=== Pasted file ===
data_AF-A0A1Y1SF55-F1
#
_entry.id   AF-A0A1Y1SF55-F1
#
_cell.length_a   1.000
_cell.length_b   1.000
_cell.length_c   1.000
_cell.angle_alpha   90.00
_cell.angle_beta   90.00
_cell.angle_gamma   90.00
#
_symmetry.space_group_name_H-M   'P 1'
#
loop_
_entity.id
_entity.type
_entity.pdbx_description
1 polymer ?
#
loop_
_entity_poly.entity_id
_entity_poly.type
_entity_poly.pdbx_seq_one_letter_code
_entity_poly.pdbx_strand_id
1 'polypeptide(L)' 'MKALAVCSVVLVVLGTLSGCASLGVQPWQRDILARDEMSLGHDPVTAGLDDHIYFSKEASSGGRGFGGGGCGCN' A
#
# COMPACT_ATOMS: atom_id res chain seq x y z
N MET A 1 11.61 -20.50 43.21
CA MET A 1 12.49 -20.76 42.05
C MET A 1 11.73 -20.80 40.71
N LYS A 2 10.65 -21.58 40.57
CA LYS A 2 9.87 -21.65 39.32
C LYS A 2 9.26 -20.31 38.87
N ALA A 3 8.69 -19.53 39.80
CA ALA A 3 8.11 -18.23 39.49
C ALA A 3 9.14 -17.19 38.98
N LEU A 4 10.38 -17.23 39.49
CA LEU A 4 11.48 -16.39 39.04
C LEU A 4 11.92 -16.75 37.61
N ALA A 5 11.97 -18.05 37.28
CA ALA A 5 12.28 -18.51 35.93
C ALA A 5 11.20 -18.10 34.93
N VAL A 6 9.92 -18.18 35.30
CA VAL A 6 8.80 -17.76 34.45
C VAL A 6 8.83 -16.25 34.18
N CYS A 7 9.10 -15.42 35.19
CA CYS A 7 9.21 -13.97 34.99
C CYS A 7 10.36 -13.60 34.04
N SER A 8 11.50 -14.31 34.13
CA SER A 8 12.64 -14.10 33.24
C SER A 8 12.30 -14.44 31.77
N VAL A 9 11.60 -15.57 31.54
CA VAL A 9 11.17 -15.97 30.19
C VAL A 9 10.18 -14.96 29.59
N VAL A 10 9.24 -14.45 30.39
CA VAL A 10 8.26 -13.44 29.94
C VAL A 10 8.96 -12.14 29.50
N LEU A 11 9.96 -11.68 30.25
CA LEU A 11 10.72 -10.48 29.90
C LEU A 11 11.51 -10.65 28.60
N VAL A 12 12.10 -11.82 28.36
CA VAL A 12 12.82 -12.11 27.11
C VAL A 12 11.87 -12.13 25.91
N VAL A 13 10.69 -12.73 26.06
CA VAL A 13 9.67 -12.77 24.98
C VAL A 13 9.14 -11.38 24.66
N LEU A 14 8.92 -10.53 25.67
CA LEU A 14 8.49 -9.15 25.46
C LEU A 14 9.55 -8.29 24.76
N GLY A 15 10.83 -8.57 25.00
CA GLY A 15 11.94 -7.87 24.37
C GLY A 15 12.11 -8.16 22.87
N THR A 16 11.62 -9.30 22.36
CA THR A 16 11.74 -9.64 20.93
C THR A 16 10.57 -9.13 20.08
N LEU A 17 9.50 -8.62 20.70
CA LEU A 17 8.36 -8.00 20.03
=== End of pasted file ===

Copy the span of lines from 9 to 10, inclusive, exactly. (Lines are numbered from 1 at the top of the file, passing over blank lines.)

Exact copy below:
_cell.angle_beta   90.00
_cell.angle_gamma   90.00